If the Wuhan coronavirus has taught us anything, it’s that Americans are just not cut out for socialism. The main reason? The lines and empty shelves. They are inevitable in centrally planned economies, and we are getting a taste of it with the COVID-19 panic, but only a taste.
Some socialists, along with a handful of other left-leaning big-government types, rejoiced at the absence of toilet paper in the nation’s supermarkets. For instance, Justin Wolfers of the Brookings Institution in all seriousness declared that “capitalism fail[ed],” and “what we need right now is a government-backed Strategic Toilet Paper Reserve. That Reserve makes a promise that even if your local Costco ran out, you still have the right to buy 2 rolls per week from the government’s stockpile.”
But, of course, capitalism didn’t fail. The markets didn’t fail. They just aren’t instantaneous. Faced with an emergency that still feels largely theoretical, people panicked, and some started hoarding toilet paper. The shelves get restocked nightly, but hoarders keep coming back, so shelves empty out short-term. Next thing you know, socialists start screaming, “See! Lines under capitalism!”
If one takes a picture of the empty rows where toilet paper was once stored and puts them side by side with pictures of grocery stores in Venezuela or Cuba, sure, the images look similar. A comparison like this may prompt the conclusion that socialism is just like capitalism in a time of pandemic. But while the pictures may look alike, the feel at the stores is wholly different. I know a thing or two about it, because I grew up in the Soviet Union.
Americans Don’t Know How Good We Have It
Lines under socialism are caused by shortages. Centrally planned economies can deny food to segments of their population, like Joseph Stalin did during collectivization to build up the industry in the cities at the expense of the countryside. Even in happier times, socialist societies are simply unable to respond to consumer demand.
When people line up for scarce necessities, revolutions happen. The Russian bourgeois revolution of February 1917 (not to be confused with the Bolshevik coup later that year) was started by women in breadlines who were unable to feed their families. Those lines are intense spaces.
The Wuhan virus quarantine lines feel mellow. To be sure, I read a news story about a guy in Florida grabbing toilet paper out of someone’s hands. For the most part, however, Americans, even if they get grabby, still respect the finders-keepers rule. And most don’t get grabby.
I went to a neighborhood grocery store an hour or two after the San Francisco Bay Area announced shelter-in-place. The store was teeming with people, and I was sixth in line for the butcher. While I didn’t get the ground beef I wanted, I still bought two pounds of a different kind, as much as I would normally buy. Everyone else was filling their freezers with meat.
I picked up a few more items and got in line. With the extraordinary crowding and all registers open, I had to wait for only about 10 minutes.
The cashier was visibly tired, but courteous as usual. In the Soviet Union, however, employees of the state-run stores were purveyors of scarce goods. They routinely held back merchandise for family and friends, perhaps sold certain items above government price, and generally acted like our betters, getting haughty or obscene with customers.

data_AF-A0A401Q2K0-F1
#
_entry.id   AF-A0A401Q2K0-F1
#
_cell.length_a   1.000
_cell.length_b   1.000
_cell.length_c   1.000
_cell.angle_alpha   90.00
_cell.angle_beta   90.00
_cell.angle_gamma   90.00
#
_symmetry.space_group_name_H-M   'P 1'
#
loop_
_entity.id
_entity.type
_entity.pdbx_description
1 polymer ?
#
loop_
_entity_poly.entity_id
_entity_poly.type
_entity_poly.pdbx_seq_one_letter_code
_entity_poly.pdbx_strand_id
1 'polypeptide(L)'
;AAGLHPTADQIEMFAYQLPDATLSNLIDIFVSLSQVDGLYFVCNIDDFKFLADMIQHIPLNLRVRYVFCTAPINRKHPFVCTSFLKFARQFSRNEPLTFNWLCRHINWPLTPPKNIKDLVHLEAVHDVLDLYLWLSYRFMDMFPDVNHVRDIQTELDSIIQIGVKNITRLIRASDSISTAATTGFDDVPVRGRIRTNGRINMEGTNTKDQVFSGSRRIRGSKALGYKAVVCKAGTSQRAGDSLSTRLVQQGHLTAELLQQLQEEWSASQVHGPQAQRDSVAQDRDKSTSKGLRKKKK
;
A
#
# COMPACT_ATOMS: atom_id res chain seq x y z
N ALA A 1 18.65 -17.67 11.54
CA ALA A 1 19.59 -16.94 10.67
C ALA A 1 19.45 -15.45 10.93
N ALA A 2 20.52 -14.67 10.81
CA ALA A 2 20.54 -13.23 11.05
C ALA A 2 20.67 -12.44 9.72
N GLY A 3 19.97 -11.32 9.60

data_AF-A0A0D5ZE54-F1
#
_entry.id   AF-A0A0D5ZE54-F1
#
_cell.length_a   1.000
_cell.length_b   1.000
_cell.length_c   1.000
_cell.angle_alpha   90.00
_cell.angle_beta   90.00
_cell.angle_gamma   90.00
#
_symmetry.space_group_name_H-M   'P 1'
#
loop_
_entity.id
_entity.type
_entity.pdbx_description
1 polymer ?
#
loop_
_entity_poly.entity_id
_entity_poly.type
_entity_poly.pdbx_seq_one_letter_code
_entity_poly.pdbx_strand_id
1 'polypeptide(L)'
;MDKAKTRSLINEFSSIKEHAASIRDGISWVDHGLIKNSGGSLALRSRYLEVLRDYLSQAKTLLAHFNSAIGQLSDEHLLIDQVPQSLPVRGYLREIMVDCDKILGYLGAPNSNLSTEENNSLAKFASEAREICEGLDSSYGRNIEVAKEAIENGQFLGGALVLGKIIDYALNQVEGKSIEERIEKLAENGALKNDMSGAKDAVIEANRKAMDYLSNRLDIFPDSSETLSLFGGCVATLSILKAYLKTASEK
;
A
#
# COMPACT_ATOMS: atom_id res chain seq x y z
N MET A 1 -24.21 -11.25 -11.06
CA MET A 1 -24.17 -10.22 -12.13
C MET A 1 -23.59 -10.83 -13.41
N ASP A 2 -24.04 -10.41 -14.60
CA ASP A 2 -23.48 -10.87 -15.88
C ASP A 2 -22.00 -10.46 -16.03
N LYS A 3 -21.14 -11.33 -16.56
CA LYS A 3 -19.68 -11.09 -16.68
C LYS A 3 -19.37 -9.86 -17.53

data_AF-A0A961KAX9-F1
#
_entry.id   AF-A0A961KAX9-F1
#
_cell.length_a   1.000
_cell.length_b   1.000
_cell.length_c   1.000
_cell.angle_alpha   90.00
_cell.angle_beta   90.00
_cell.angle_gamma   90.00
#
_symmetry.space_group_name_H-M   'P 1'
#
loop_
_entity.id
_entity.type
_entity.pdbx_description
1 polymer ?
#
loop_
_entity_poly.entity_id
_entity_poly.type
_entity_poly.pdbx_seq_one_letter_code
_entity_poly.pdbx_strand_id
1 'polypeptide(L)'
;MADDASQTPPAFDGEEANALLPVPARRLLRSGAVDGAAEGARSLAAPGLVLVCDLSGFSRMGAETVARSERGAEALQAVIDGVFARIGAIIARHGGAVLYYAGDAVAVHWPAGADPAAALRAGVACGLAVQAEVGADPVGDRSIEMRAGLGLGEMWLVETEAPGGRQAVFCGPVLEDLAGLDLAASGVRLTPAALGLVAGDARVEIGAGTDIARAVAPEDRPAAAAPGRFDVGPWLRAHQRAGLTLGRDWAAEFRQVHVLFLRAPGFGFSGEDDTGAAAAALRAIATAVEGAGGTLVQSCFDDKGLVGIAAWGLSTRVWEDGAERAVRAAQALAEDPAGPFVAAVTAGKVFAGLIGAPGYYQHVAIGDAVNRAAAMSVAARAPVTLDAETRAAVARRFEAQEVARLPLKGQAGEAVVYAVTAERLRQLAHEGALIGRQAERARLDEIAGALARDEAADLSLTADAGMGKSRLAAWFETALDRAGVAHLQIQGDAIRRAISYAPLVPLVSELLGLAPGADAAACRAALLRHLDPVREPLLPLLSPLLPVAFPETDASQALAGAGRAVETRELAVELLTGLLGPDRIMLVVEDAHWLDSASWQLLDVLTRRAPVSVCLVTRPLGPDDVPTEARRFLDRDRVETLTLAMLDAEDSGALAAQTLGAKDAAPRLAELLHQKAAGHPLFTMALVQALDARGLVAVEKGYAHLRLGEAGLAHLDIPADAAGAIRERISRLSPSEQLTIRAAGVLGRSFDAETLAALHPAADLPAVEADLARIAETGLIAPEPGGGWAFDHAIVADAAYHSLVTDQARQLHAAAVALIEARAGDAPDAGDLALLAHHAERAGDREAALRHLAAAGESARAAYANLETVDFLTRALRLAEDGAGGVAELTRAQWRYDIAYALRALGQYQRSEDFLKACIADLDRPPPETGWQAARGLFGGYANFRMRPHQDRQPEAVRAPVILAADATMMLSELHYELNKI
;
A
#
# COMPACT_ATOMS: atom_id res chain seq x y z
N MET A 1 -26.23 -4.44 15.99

Americans under threat of viruses endure none of that. In my neighborhood store, customers seemed amused by this new reality, wondering out loud if they were allowing proper social distance. They were not. I wanted to mention they should probably ditch their reusable bags, but I figured it would be a lame reason to start a riot in a food line. It’s not like I was fighting for the last sausage because otherwise my children would go hungry for God knows how long, as I would have been in the Soviet Union.
Thanks to Capitalism, Shelves Will Soon Be Full Again
There is hardly a sign of food insecurity in your average American grocery store under quarantine, only panic. People are getting grabby not because external reality is shaping their actions, but because they feel a certain way. Some people panic and fill their freezers with ground beef. Others keep calm and take little.
Yet even those who panic know there is plenty of food out there. We merely have a distribution hiccup due to a temporary spike in demand. Although most stores resupply overnight, hoarding resumes in the morning.
For most Americans, it means changes in routine and some inconveniences, but no hunger. One woman on my NextDoor page wondered about the length of the lines at Safeway. Another asked how bad crowd sizes were at Trader Joe’s in the morning because she be bringing her baby, making aisle navigation more difficult. If these people needed food or toilet paper badly, they’d drive to the supermarket at 7 a.m.
In other words, even when operating under stress, people in modern capitalist societies recognize the problem of distribution is not existential. That’s very much unlike living under socialism. If those consumers don’t get a spot, the item will run out. They grab what they can when they can.
Fortunately, modern capitalist refrigerators, even the chic metallic ones, have limited freezer capacity. No pantry can hold all toilet paper in the world. At some point, hoarders will get hoarded out, and goods will return to the shelves.
There’s just no point in creating a cumbersome bureaucracy to correct toilet paper distribution if the problem will sort itself out shortly. In fact, even if we set out to create that Strategic Toilet Paper Reserve, the market would correct the supply chains before the government could even hold a single meeting to establish the agency.